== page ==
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15th January 2021

How to care for Carers during a pandemic

QCS’s Alison Lowerson reveals the issues that every GP surgery should consider when it comes to carers and the steps that can be taken to support them.

Although it is sadly becoming a familiar situation, when the UK government announced a third national lockdown last month, it left some people feeling deflated, dejected and exhausted.

The last 10 months have been extremely challenging for most, but especially so for carers, who have provided continuous support for loved ones with limited support even before the pandemic started.

Who is considered a carer?

The title ‘carer’ is often misunderstood and the list of people who provide unpaid support to others is long. According to NHS England, it includes partners, relatives or friends who are simply 'doing their best' to help someone they care about.

But the definition is much more nuanced than that. Essentially, carers are anyone (they can be both children and adults), who looks after someone needing help due to illness, frailty, disability, a mental health problem or an addiction. Carers have a wide range of responsibilities too - including helping with personal care, mobility, managing medication, and liaising with social care teams.

Carers responsibilities have significantly increased

However, many carers have taken on more responsibility for their loved ones since the start of the pandemic and, with rapidly declining support due to the restrictions, they feel isolated, overwhelmed and are struggling to maintain the care that their loved ones’ need. With those who are clinically extremely vulnerable being advised to shield yet again, some carers will also make the difficult decision to shield with the person they care for. While this reduces the risk of passing on the virus, at the same time, it makes it hard for them to access food and medicines and financial support.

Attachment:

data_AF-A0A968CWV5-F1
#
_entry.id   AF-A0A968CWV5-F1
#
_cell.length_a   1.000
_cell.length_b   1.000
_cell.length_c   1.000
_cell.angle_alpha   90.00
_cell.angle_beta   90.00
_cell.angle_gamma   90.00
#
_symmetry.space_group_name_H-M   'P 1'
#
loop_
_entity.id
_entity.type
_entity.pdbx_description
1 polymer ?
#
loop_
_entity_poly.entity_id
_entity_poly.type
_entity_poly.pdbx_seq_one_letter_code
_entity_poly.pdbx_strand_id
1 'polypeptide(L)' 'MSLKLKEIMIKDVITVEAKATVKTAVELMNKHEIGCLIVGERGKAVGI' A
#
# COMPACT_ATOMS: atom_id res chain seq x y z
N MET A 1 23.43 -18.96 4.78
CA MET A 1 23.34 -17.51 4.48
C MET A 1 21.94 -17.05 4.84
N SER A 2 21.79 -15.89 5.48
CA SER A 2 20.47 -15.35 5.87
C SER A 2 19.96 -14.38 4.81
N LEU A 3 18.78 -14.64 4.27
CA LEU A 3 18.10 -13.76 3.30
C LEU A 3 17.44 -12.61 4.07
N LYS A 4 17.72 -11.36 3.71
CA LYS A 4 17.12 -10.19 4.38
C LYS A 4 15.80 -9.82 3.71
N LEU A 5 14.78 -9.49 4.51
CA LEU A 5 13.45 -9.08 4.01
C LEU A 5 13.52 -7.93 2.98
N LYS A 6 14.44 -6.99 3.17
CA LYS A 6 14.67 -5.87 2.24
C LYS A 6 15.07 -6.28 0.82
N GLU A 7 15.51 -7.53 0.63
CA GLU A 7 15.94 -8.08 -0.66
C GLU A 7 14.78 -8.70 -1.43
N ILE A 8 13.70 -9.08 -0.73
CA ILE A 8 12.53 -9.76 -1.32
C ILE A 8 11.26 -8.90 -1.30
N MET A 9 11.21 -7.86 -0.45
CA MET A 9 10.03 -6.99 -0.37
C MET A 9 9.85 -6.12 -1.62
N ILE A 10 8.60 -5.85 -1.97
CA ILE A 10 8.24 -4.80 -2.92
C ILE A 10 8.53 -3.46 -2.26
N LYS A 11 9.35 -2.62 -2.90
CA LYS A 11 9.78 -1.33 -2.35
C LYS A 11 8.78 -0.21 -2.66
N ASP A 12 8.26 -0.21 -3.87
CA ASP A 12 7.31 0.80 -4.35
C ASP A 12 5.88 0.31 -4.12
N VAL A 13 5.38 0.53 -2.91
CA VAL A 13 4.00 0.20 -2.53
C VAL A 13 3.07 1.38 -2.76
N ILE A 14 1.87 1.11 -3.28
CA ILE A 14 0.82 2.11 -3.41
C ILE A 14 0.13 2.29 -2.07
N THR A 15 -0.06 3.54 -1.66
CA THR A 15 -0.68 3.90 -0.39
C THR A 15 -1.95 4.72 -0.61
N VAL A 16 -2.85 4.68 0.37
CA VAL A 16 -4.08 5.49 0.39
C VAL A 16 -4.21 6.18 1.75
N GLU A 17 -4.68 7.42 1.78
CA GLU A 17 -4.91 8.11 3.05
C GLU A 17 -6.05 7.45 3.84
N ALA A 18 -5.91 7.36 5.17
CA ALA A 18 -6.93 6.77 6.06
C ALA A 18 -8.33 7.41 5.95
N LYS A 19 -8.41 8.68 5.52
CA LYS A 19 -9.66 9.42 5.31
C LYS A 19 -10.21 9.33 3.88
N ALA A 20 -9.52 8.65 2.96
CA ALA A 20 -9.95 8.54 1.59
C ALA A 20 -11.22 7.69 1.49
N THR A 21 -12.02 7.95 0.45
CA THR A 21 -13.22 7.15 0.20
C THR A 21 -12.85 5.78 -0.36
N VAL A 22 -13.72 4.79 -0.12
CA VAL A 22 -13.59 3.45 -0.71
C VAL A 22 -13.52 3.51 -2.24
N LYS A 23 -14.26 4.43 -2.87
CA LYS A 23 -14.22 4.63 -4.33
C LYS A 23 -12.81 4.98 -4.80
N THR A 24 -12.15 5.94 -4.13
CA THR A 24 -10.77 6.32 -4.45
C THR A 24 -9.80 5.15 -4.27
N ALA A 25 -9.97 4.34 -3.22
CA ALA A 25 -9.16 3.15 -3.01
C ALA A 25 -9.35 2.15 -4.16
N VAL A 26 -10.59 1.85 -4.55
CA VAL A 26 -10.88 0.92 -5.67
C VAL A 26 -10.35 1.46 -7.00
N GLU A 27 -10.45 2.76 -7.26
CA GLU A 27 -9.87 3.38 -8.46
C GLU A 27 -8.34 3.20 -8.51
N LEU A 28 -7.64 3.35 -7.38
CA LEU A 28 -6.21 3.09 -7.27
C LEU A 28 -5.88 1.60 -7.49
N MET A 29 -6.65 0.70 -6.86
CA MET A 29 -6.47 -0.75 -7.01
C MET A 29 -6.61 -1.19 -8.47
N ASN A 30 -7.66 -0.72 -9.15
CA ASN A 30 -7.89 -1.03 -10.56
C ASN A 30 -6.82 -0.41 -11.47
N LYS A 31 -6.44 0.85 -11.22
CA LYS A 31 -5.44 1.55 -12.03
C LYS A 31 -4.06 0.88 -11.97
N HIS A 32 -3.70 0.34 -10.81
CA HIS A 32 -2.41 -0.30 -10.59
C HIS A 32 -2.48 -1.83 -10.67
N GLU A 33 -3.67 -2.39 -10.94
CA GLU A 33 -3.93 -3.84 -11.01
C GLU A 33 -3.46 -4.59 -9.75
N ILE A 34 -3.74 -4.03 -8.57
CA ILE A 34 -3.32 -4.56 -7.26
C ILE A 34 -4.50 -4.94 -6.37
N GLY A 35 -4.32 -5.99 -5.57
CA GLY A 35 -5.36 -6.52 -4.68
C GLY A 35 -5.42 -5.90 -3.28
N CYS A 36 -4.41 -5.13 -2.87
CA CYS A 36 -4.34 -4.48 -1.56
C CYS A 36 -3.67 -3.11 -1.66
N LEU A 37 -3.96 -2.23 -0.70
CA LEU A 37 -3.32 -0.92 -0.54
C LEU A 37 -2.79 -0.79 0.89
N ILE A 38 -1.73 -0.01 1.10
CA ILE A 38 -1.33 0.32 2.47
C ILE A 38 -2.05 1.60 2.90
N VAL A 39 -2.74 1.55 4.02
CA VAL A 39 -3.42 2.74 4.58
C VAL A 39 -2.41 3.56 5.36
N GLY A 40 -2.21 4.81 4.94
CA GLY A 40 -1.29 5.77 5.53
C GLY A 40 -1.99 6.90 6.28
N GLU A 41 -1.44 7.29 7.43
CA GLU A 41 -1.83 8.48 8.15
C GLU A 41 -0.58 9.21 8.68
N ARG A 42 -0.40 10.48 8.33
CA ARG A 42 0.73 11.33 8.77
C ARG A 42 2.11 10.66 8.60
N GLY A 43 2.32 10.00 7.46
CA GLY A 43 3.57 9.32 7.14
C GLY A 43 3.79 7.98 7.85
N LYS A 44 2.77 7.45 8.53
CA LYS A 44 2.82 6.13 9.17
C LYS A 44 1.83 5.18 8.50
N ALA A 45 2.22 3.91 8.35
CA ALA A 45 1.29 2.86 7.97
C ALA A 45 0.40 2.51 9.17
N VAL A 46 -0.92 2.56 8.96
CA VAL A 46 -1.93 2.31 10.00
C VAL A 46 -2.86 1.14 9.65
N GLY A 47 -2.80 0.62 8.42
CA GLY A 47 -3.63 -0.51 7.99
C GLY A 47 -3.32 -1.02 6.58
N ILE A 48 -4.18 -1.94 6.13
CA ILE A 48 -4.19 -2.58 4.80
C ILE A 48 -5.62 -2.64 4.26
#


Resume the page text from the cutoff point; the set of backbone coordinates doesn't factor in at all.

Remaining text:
According to Carers UK, people who look after older, disabled and seriously ill relatives and friends are saving the UK state £530 million every day of the pandemic, valued at a staggering £135 billion so far.[i]

COVID vaccination for carers

The organisation says that under the terms of the new Covid vaccination advice published by the JCVI, carers, who receive Carer’s Allowance, should be included in Priority 6 alongside people with underlying health conditions. This will provide a huge relief to carers, and a lifeline for them to eventually get the help that they so desperately need.

Identifying and supporting carers

That said, GP surgeries and PCN’s have a key role to play. Practices can add value by better identifying those who are carers, thus ensuring that they have a better chance of getting the support they need. Simply asking 'Do you look after someone?' can be a more effective question than 'Are you a carer?'.

NHS England and NHS Improvement has recognised the challenges that GPs face and it has produced a Framework of Quality Markers for supporting carers in general practice. The guide offers a series of practical ideas for improving how general practice can better identify and support carers of all ages. The quality markers ask:

  • How the Practice identifies and registers carers
  • How the Practice uses its carer’s register to support holistic carer health and wellbeing needs
  • How the Practice organises itself to understand and respond to the needs of carers
  • How the Practice makes it easier for carers to access its services